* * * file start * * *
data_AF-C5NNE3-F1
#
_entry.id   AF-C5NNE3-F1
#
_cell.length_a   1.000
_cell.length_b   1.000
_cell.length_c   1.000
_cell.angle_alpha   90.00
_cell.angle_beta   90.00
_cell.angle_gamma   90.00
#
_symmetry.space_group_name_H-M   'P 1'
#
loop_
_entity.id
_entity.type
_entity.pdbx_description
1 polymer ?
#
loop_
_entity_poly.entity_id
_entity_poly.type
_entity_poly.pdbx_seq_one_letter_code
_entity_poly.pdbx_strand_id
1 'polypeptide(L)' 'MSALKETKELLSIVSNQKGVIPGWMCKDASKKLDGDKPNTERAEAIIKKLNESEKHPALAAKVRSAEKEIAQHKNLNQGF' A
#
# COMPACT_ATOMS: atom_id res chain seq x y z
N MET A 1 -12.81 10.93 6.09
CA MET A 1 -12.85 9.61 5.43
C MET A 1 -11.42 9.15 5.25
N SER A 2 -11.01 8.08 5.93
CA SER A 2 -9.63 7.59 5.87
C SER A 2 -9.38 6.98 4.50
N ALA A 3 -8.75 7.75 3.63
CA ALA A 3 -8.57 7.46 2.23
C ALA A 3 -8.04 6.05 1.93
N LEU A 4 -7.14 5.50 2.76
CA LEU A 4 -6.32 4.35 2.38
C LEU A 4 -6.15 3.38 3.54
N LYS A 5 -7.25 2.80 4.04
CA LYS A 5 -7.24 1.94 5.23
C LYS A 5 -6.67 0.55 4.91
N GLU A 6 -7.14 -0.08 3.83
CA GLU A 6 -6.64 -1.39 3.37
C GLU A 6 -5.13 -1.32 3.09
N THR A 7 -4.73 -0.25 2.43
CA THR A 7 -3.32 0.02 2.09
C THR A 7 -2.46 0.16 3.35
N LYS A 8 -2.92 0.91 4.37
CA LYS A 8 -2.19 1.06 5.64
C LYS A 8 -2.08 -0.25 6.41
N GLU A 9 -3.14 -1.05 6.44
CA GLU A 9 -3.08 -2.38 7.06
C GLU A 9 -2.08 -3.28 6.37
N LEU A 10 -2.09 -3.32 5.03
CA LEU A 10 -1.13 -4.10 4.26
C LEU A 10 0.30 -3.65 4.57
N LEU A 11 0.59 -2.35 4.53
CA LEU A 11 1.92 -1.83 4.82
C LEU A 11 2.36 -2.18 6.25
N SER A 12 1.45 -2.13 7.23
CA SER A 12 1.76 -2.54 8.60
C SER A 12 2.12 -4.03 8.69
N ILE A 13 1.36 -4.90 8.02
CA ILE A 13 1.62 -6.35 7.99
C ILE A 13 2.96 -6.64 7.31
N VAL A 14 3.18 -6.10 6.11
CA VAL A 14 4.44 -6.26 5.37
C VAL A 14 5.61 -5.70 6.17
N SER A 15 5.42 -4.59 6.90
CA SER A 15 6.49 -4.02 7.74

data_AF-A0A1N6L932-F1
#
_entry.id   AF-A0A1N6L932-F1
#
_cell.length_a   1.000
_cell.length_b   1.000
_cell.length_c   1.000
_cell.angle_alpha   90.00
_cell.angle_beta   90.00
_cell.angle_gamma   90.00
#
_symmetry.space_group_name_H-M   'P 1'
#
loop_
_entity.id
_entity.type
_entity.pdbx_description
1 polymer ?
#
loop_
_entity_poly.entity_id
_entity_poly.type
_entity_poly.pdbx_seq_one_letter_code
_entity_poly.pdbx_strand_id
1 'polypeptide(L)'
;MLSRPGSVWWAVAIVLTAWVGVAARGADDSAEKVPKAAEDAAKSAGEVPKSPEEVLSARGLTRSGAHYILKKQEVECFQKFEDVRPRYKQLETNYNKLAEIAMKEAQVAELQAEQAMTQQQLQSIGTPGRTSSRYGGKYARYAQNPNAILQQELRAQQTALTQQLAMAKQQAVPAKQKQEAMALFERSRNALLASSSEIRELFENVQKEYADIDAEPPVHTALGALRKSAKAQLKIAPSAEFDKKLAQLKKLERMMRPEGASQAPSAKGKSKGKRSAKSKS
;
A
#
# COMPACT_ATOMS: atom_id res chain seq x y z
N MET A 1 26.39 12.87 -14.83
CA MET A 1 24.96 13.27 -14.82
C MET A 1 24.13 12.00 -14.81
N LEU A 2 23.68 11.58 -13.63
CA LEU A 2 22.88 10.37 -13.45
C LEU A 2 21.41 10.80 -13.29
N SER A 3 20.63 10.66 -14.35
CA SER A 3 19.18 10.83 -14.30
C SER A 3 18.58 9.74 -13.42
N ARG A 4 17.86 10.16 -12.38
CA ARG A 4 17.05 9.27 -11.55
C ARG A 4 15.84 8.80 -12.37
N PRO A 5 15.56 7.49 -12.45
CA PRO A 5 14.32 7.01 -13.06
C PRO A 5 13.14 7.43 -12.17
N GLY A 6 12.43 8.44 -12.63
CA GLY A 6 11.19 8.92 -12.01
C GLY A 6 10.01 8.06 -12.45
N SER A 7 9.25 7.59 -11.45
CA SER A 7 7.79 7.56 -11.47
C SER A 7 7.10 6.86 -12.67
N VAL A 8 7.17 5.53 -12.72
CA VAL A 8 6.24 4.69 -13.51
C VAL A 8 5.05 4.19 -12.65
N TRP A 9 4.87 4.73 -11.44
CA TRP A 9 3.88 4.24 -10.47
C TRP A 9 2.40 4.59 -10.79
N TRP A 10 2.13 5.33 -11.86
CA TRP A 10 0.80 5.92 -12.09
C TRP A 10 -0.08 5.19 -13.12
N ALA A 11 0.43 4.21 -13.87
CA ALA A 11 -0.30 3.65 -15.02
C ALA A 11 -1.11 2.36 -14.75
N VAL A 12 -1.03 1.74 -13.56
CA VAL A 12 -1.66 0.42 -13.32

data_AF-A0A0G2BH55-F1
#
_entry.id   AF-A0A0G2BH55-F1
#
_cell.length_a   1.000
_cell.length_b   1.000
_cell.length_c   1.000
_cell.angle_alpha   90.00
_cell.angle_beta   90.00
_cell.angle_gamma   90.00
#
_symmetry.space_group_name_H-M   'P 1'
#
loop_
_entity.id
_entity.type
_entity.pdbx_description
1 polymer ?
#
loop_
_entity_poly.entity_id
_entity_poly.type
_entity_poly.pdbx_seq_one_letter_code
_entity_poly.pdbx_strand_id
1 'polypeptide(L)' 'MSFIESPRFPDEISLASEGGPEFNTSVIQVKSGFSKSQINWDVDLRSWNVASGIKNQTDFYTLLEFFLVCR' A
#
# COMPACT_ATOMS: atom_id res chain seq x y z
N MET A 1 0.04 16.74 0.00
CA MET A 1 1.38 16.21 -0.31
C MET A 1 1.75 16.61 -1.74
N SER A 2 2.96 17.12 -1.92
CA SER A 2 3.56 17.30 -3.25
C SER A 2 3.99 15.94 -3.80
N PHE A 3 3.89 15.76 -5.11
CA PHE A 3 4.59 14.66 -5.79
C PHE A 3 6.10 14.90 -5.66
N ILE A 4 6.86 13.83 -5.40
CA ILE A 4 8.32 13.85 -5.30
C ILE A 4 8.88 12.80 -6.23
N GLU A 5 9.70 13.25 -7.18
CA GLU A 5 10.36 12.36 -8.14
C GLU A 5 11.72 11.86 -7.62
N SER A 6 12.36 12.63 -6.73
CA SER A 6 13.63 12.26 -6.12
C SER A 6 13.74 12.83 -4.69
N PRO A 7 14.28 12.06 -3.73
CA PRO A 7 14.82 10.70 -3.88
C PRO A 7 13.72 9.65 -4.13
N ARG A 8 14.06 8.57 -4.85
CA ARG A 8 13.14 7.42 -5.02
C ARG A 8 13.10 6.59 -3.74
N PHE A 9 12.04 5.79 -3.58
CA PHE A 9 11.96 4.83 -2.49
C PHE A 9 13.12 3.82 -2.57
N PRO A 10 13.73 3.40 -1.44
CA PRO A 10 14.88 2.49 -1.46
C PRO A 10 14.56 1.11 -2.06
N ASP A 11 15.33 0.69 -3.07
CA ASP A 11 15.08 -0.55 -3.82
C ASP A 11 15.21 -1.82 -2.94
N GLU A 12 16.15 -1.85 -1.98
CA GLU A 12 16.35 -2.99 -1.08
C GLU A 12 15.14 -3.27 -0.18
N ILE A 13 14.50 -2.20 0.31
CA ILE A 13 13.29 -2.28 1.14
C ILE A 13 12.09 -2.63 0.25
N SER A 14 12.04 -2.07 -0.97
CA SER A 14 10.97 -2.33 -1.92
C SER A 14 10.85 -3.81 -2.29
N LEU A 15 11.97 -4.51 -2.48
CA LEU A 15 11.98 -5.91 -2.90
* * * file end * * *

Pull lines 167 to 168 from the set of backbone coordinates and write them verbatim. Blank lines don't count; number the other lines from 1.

N SER A 2 2.96 17.12 -1.92
CA SER A 2 3.56 17.30 -3.25